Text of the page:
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I have a main function in A.cpp which has the following relevant two lines of code:

B definition(input_file);

In B.h I have the following relevant lines of code:

class B
     // Constructors
     B(const char *filename);

     // File input
     int ParseLSFile(const char *filename);

     // Debugging
     void Print(void);

     // Data
     int var1; 
     double var2;   
     vector<char* > var3;   
     map<char*, vector<char* > > var4; 

In B.cpp, I have the following function signatures (sorry for being redundant):

  : var1(-1),

B::B(const char *filename)
  B *def = new B();

  // Free memory for var3 and var 4

int B::ParseLSFile(const char *filename)
  // assign var1, var2, var3, and var4 values

void B::Print(void)
  // print contents of var1, var2, var3, and var4 to stdout

So when I call Print() from within B::ParseLSFile(...), then the contents of my structures print correctly to stdout. However, when I call definition.Print() from A.cpp, my structures are empty or contain garbage. Can anyone recommend the correct way to initialize/pass my structures so that I can access them outside of the scope of my function definition?


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Wherever in your code you have char *, you should really consider using std::string - particularly for the map. –  anon May 1 '10 at 15:30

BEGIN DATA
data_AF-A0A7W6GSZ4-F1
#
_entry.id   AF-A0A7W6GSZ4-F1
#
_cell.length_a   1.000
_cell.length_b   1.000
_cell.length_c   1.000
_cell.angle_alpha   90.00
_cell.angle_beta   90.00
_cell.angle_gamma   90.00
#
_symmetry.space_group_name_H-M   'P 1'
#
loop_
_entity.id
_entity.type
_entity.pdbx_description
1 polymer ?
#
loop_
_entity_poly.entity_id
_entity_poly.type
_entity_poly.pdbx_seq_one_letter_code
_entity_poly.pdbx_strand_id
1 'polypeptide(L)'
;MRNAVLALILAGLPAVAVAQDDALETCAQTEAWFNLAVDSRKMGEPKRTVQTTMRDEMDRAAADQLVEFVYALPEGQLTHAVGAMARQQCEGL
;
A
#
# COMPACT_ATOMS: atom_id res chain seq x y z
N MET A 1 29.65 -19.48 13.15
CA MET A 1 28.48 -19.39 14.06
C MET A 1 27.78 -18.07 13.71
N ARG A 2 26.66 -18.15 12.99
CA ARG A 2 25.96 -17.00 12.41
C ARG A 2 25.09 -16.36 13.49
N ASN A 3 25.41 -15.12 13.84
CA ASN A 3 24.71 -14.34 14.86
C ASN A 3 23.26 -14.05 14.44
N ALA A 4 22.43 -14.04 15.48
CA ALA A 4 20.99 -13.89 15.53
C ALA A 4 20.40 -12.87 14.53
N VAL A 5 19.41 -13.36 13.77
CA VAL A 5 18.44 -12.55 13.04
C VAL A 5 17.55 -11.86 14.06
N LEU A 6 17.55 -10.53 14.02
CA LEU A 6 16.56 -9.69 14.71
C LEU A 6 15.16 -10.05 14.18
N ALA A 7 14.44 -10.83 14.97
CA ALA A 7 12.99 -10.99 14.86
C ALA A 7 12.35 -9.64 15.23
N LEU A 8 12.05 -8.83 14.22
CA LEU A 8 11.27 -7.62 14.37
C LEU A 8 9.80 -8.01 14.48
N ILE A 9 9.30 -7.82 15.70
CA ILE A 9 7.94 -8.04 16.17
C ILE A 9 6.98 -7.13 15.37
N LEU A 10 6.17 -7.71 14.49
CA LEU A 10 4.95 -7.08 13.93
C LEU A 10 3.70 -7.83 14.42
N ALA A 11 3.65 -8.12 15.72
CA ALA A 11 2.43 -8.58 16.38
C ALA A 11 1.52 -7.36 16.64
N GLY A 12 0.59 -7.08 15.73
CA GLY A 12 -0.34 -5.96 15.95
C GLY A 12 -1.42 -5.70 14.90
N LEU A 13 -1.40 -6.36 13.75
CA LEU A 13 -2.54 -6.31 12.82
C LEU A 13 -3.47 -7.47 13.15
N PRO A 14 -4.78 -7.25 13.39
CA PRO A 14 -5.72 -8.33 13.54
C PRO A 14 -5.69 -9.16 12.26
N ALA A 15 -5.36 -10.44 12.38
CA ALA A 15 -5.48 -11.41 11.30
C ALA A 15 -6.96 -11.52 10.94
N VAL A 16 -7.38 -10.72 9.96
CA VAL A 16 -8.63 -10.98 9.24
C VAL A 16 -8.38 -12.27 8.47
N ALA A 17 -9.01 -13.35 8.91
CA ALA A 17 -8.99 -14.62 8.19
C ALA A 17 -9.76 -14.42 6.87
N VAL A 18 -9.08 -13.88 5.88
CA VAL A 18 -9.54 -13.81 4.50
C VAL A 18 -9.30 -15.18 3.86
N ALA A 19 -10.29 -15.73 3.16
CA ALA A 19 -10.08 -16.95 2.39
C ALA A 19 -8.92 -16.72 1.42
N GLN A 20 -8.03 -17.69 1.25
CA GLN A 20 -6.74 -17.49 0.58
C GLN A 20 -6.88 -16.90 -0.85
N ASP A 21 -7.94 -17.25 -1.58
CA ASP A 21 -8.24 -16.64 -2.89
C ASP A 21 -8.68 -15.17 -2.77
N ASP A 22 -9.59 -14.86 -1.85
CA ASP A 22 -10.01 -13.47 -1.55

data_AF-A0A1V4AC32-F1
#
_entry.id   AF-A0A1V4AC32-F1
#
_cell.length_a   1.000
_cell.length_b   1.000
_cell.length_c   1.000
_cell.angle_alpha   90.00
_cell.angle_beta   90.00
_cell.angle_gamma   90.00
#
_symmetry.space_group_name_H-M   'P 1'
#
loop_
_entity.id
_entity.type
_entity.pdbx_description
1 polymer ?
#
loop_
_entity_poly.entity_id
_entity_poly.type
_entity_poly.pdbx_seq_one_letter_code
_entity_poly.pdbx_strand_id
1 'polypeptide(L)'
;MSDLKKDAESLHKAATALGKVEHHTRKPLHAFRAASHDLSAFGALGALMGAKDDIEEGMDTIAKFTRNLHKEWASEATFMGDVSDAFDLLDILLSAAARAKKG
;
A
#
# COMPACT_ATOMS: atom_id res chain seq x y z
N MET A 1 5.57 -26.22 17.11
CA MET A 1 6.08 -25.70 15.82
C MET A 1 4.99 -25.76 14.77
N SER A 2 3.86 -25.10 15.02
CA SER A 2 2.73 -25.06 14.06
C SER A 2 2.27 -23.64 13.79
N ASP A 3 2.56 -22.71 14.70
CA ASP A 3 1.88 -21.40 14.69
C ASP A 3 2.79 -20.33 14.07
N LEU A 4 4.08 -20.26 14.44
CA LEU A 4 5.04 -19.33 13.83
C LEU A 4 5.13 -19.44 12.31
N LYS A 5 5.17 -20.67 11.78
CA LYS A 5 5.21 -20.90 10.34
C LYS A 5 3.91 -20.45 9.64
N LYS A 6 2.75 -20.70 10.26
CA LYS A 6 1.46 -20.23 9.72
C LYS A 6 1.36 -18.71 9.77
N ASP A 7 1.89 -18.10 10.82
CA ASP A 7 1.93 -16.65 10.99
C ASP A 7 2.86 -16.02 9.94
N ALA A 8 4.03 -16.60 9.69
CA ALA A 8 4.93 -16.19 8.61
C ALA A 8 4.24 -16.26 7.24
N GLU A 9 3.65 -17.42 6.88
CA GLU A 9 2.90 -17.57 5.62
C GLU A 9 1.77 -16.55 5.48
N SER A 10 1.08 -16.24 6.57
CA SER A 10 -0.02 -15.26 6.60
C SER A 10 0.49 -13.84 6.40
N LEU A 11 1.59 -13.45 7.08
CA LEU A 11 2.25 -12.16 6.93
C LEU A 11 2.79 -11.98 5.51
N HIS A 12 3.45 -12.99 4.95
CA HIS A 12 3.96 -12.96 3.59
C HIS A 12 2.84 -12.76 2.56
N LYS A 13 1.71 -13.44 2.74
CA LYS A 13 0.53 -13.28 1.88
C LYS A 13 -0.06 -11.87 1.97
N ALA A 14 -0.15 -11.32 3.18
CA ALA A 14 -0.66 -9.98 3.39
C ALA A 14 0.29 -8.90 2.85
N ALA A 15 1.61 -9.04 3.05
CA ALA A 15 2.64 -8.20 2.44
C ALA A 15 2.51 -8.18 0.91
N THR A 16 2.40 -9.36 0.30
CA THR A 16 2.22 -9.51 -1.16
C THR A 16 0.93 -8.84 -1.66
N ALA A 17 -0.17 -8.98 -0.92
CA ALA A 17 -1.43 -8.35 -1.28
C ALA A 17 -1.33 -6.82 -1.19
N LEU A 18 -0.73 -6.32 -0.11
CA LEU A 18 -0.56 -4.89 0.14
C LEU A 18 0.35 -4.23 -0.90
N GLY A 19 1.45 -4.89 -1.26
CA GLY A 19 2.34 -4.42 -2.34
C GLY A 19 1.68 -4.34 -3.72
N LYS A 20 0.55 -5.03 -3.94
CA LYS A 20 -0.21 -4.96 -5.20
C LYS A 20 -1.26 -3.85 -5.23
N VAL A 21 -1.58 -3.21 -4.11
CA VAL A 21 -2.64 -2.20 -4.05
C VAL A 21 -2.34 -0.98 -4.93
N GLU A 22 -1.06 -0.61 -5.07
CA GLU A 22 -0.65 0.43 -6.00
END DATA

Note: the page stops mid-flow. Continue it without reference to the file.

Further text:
2 Answers 2

up vote 3 down vote accepted

Instead of making

B *def = new B();

in your constructor you should simply write


This means that your current object members would be initialized by using ParseLSFile function. You could probably name that function InitFromFile to preserve some naming logic.

Then your code will transform to:

B object_name(filename);

and (not exact, but just for you to understand the underlying mechanics) this would mean somthing like

Create empty object of type B
Initialize it from file using InitFromFile()
Call Print() to display the contents of this object
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Thanks for the function name suggestion. I've been thinking of a better way to name it and I like yours. –  Myx May 1 '10 at 16:02

In your constructor that takes a const char*, you dynamically create another instance of the class and use that instead of the current instance. Instead of

B *def = new B();

you need to just call


so that you are operating on the object being constructed. As it is now, you have a resource leak.

On an unrelated note, you should not use a pointer as the map key. As it is now, it is near impossible to access an element by its key because only a pointer comparison will be done; the string values pointed to by the char* will not be compared. You should use std::string as the key type instead.

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